The criminal section, on the other hand, is separated into three parts with different tests applying to different matters. The first part deals with confidential sources, the next with unpublished work product and nonconfidential sources, and the third with published information. When a confidential source is involved, there is an absolute privilege except to the extent that (1) the journalist was an eye witness to a felony, (2) the journalist received a confession of the commission of a felony, or (3) probable cause exists that the source committed a felony. In those three scenarios, the only hurdle one must overcome before calling the journalist to testify is establishing by clear and specific evidence that they have exhausted all reasonable efforts to get the information elsewhere. Further, a journalist can be compelled to give up his confidential source if disclosure is reasonably necessary to stop or prevent reasonably certain death or substantial bodily harm. With regard to unpublished materials (i.e. work product) in the criminal setting, the same three part test as the civil arena applies. Published materials are not covered by the statute so one would look to common law with regard to those materials.
Unique Twists in the Legislation
We also added a few unique twists to the bill which should help Texas newsrooms. First, with regard to criminal subpoenas, the elected district attorney is required to sign all subpoenas issued to journalists. Second, again with regard to criminal subpoenas, the subpoenaing party is required to pay the journalist a reasonable fee for the journalist’s time and costs incurred in responding to the subpoena (the calculation of cost is based on the cost provision in the Texas Public Information Act). Last, there is now a provision in the law making broadcasts self-authenticating, like newspaper articles, so that a reporter will not have to be put on the stand solely for the purpose of authenticating a broadcast tape. With more and more newspapers putting video footage on their websites, this addition will help newspapers as well as broadcasters throughout Texas.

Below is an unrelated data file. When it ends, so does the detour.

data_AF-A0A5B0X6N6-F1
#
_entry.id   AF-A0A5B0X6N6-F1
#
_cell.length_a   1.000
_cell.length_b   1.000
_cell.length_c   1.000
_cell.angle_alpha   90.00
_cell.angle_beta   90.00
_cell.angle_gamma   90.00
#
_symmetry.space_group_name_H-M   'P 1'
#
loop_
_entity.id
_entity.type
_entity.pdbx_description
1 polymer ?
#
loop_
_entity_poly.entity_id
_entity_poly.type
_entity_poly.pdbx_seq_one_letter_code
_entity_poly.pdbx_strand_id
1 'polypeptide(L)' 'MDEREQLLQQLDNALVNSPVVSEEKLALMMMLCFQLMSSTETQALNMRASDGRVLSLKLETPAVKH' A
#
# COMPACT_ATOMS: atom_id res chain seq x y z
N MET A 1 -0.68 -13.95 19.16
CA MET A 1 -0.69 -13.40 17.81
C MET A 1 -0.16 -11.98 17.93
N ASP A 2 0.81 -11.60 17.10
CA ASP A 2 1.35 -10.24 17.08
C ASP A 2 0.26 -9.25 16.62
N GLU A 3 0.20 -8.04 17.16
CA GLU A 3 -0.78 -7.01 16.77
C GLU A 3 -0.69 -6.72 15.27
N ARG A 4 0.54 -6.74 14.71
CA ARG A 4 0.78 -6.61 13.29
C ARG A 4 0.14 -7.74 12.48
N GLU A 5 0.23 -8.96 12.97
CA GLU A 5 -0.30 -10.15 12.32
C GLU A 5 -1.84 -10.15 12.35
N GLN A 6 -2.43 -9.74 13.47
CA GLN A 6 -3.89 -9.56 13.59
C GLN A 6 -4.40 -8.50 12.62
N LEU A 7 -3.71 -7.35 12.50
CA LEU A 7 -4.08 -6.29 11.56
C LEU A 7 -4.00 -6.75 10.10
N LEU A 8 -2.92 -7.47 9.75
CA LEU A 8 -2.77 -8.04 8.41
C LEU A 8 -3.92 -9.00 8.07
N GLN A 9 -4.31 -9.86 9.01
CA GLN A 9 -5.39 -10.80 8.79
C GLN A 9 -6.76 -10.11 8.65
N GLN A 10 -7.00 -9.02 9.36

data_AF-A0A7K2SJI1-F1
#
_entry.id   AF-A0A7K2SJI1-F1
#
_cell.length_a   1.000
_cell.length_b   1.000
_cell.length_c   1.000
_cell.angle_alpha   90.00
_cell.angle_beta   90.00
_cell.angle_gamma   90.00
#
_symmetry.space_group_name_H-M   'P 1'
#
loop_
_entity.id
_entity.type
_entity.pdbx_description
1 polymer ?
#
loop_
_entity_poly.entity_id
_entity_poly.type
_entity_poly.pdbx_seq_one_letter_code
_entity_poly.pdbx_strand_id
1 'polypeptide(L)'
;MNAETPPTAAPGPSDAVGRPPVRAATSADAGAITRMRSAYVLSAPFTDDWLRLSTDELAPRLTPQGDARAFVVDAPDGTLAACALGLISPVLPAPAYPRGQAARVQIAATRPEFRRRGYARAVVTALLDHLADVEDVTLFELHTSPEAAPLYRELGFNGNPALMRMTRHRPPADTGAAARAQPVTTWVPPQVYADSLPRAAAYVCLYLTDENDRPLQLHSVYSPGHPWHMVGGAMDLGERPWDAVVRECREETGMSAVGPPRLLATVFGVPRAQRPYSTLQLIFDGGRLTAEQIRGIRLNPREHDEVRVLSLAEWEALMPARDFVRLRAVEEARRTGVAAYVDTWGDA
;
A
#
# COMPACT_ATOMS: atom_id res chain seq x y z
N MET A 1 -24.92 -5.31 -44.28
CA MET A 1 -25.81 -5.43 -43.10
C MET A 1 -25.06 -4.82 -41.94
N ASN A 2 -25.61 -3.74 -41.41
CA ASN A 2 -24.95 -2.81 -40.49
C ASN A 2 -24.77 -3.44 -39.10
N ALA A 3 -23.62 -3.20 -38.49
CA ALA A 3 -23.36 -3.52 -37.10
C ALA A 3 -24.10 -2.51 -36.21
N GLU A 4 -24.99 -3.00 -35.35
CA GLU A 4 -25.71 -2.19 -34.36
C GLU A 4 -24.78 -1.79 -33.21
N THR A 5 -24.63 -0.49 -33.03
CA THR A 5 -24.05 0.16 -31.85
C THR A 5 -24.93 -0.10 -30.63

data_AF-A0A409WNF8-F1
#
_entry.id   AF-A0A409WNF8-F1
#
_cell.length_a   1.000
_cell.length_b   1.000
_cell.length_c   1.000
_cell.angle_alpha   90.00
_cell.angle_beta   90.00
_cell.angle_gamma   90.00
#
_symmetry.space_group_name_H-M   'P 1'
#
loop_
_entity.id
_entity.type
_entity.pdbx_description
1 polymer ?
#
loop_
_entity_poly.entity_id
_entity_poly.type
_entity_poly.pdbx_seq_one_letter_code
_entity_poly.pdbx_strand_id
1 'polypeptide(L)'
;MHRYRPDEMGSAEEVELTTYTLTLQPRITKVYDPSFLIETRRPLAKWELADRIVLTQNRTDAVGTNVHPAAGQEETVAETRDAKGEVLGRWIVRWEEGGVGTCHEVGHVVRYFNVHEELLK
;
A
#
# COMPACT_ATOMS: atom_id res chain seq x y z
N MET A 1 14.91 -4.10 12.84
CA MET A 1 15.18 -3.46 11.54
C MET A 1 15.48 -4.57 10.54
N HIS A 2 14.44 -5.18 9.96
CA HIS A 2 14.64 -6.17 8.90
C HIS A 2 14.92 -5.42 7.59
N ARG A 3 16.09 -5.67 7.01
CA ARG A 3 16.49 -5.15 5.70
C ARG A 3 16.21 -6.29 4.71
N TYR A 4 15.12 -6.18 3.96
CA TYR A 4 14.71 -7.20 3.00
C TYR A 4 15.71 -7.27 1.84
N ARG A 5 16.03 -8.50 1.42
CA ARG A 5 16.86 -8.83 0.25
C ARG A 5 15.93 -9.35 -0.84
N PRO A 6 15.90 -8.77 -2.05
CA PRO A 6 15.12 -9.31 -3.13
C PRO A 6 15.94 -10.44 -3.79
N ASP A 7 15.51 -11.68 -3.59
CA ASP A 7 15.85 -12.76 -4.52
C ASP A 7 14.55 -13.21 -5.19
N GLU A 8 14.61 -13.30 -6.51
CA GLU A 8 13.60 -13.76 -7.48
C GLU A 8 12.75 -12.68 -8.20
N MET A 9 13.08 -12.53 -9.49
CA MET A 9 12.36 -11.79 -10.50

How the Texas Free Flow of Information Act Works
Here are some examples of how to handle future subpoenas:
Question: I am an Editor and just received a civil subpoena for all of my reporters’ notes in a case where the party is just on a “fishing expedition,” what do I do? Refer the person who issued the subpoena to the reporter’s privilege and explain that you do not have to produce anything unless it is essential to the maintenance of their claim or defense and they have tried to get the information elsewhere been unsuccessful in doing so.
Question: I am a reporter and just received a civil subpoena for confidential source information, do I have to give up my source? Not likely. This is a subpoena you can fight with the new privilege. In order to get confidential source information, the party who has subpoenaed the information must show that the identity of the source is essential to the maintenance of their claim or defense and that they cannot get this information elsewhere. The judge will decide this after a hearing, and the court will have to refer to the clear and specific evidence that it relied on to make its ruling if the reporter is forced to testify.
Question: I am a reporter and just received a criminal subpoena in a misdemeanor case to get confidential source information, what do I do? You have an absolute privilege and do not have to testify under the new statute.
Question: I am an Editor and just received a criminal subpoena in a felony case where the criminal defendant confessed to the journalist that he committed the crime, will I have to produce the videotape of the confession? More than likely. Unless the court determines there is a reasonable alternative source of the information, you will have to produce the videotape. Will the journalist also have to testify? If you produce the videotape of the journalist’s entire conversation with the criminal defendant, the journalist should not have to also testify about the conversation because the videotape should be an adequate alternative source for the information. Some courts may interpret this differently; however, and, as with any new legislation, the interpretation will take place on a case by case basis.
Question: I am a journalist and I just witness a felony being committed — and I am the only person who saw what was happening, will I have to testify if I get subpoenaed? Yes.